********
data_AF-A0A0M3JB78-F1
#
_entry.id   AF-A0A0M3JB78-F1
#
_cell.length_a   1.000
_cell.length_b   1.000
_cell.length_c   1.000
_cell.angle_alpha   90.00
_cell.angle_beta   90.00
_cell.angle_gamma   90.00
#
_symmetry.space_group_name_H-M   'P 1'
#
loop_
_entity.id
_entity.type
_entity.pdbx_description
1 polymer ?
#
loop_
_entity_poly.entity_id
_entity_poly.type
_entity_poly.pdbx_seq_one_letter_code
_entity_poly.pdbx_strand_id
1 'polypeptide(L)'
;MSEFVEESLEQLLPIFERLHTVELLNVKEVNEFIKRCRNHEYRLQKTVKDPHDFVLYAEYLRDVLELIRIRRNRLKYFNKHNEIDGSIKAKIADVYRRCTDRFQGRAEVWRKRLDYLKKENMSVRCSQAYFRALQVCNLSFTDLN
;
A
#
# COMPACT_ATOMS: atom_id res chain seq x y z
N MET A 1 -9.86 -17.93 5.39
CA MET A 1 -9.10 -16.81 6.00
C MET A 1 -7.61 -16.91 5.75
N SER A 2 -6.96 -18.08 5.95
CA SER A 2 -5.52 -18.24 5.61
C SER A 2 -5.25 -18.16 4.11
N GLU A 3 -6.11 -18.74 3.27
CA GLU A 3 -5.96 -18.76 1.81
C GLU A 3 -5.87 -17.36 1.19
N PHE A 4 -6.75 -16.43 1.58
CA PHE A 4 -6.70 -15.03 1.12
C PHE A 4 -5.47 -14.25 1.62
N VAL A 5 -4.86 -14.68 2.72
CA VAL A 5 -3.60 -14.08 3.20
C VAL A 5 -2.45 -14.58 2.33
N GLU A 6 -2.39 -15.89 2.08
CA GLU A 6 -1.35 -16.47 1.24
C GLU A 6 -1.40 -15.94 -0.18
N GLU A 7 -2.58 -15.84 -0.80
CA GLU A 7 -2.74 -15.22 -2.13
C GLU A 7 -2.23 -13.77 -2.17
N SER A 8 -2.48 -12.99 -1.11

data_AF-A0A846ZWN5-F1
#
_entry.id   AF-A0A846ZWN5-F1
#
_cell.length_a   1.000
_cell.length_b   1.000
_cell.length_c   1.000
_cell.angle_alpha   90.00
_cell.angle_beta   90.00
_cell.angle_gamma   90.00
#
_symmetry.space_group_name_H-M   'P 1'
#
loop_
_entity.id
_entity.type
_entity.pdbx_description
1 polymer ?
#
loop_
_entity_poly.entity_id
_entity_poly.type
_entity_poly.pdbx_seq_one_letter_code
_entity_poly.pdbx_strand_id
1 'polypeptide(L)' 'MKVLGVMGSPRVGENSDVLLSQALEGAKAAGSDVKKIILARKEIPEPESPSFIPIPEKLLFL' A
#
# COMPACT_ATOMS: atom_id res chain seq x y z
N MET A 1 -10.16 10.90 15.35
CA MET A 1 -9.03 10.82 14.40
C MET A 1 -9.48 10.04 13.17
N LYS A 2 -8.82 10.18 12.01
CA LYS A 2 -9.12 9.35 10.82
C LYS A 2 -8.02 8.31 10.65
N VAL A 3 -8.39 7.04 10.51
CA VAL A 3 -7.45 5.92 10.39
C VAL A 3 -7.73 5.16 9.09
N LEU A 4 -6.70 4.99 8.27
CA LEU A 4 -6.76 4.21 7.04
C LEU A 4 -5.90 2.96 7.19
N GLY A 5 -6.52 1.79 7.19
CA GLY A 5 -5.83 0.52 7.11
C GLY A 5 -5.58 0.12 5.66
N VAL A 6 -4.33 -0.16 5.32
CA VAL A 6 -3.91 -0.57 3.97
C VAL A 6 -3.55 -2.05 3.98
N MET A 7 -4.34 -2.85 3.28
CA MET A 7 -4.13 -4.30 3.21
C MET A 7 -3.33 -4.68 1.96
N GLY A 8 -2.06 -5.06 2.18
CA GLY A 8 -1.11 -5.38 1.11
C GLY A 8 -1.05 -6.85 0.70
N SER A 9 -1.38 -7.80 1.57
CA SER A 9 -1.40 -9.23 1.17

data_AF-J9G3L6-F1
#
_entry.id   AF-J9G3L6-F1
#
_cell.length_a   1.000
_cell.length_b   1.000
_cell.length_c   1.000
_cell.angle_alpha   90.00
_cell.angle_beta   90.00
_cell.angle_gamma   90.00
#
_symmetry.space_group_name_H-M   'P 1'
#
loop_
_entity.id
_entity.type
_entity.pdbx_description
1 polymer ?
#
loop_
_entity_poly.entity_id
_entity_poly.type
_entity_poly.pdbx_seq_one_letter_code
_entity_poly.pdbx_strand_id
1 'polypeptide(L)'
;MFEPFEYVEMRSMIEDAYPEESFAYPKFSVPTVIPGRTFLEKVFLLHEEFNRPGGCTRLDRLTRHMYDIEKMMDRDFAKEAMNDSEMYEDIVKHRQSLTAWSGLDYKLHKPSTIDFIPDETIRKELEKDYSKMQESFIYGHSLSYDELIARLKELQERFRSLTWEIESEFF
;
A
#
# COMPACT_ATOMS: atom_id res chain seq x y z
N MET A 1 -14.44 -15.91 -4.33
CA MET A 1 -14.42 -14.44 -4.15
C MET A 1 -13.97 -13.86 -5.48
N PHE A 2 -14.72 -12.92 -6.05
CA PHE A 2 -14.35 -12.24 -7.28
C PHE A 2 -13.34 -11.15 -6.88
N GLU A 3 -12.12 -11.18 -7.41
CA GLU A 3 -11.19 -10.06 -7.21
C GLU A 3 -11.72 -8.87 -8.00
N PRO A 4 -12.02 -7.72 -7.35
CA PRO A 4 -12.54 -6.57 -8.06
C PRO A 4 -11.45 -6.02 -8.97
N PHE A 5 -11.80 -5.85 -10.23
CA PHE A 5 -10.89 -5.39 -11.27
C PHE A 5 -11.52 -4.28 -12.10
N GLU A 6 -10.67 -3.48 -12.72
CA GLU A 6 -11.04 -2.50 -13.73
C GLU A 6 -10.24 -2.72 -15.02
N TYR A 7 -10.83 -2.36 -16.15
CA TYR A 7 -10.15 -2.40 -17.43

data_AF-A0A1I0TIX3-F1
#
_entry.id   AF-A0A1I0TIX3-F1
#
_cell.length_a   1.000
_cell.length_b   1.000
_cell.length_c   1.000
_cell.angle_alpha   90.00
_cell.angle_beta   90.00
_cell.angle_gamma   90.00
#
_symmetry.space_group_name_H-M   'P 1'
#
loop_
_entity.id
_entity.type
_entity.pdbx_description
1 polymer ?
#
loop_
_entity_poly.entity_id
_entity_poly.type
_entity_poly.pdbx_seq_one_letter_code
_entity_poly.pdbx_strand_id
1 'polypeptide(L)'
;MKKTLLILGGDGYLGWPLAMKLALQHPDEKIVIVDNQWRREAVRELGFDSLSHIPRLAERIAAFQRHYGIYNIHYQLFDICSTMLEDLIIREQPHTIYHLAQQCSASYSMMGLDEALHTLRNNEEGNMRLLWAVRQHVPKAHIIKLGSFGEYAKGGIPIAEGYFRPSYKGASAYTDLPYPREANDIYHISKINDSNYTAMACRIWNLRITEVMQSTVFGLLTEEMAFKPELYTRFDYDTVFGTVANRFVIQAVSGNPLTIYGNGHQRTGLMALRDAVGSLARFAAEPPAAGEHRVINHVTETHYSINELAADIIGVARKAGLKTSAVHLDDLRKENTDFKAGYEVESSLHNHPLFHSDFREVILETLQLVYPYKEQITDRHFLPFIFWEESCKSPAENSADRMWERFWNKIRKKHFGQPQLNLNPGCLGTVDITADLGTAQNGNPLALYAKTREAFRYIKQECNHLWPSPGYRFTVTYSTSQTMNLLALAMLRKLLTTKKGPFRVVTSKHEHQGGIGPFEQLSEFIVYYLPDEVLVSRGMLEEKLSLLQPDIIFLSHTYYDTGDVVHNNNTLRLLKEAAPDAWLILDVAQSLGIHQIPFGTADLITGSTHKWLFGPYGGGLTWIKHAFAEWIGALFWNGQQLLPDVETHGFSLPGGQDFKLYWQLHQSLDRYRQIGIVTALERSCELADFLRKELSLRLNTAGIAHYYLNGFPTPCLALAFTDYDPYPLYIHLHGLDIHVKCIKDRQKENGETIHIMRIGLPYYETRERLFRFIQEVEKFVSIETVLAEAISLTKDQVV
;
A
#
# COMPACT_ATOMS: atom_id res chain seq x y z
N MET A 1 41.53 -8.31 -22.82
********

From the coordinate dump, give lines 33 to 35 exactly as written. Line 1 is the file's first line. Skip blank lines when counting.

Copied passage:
C MET A 1 -7.61 -16.91 5.75
N SER A 2 -6.96 -18.08 5.95
CA SER A 2 -5.52 -18.24 5.61